“Gamification” Makes English Classes Connect

For Dr. Daniel Harrold, teaching is a game. In a good way, that is. The Baldwin High School English teacher has brought “gamification” to the classroom, using aspects of gaming — achieving levels, completing tasks, gaining mastery of materials before moving on, acquiring points – to give his students more autonomy in their learning and to make English more relevant. Beginning last year, Dr. Harrold introduced gamification and the results have been great. Not only do his students cover the required English curriculum but they also learn on their own and the material is “sticking.”


What is gamification?

Gamification is applying game elements to something that isn’t a game otherwise. I had seen a number of teachers talk about gamification in theory and realized no one was doing it here. In six months, I designed this course, using gamification in my English classes.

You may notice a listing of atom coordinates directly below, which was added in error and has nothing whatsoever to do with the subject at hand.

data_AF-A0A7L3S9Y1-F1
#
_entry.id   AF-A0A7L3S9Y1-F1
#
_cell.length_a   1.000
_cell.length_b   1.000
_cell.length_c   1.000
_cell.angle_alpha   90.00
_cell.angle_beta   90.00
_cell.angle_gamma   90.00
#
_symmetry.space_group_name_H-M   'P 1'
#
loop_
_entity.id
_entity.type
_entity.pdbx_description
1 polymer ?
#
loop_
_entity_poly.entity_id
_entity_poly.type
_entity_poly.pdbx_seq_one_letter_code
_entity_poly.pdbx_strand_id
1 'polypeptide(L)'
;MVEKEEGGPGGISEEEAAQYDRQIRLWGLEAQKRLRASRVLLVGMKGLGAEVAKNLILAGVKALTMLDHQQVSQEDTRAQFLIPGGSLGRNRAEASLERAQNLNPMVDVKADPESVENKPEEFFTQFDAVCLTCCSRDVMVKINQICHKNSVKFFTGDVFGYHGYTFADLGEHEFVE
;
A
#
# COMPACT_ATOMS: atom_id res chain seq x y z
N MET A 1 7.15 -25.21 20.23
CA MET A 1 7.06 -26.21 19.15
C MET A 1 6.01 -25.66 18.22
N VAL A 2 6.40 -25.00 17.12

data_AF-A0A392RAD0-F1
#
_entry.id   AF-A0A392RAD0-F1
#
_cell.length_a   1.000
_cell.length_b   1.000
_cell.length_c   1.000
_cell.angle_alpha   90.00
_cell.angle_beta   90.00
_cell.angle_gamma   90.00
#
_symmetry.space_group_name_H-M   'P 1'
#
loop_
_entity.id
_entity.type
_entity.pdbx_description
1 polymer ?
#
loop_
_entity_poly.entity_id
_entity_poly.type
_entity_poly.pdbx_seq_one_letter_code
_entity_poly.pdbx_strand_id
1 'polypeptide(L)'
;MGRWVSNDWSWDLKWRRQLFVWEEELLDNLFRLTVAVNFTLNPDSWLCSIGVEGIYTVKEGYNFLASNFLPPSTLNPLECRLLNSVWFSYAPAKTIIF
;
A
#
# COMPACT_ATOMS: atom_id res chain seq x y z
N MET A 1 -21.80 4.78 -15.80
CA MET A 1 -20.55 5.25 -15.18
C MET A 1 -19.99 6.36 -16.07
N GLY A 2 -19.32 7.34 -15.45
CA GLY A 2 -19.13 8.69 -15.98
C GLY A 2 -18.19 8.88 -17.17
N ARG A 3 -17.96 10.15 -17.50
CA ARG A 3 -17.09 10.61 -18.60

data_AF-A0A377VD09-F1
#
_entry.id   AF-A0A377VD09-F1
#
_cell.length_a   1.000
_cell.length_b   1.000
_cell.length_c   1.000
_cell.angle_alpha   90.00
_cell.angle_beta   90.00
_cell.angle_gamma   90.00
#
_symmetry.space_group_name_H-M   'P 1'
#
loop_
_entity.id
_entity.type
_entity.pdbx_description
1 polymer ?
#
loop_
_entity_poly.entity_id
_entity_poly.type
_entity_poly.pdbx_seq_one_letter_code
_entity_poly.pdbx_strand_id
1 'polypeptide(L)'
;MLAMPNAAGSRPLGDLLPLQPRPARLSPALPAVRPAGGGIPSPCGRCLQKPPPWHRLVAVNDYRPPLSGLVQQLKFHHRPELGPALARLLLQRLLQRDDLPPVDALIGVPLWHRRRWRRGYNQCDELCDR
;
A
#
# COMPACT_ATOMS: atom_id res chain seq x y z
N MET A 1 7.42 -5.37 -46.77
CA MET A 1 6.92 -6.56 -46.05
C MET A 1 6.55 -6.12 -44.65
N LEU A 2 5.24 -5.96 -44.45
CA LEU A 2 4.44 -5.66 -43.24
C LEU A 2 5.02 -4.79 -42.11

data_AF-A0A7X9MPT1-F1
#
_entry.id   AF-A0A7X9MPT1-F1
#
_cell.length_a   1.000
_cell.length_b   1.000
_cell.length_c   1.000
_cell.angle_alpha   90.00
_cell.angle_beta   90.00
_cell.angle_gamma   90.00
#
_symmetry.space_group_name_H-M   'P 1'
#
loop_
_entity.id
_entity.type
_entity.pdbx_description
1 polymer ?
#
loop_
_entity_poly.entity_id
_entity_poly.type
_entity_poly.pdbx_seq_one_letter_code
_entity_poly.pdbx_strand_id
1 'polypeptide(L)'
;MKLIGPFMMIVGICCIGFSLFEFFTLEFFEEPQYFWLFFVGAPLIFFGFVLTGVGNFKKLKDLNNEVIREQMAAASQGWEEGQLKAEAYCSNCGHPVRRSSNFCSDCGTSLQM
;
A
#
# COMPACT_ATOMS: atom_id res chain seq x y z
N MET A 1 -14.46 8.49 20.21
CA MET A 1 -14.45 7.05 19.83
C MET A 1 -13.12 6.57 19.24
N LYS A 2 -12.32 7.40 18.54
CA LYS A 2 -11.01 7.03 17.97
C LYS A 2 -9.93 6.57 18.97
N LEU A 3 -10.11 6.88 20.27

How does it work?

Each English unit is a four-step process. I put together a video on something – say poetry – and students watch, take notes, read, turn in assignments. That’s the understanding phase. They explore the text through a number of options like peer discussions and audio recordings. The third step is synthesis, when they have a project to complete. Finally, there’s a test. The course design mirrors that of a role-playing video game, without being a game.


What is the result?

Because they have to achieve levels to move ahead, they work at their own pace. Some are faster than others, but they all learn to be autonomous. This is a skill they’ll need for college and the work place, and I’ve found that students feel they’re finally starting to do work that will stick with them.


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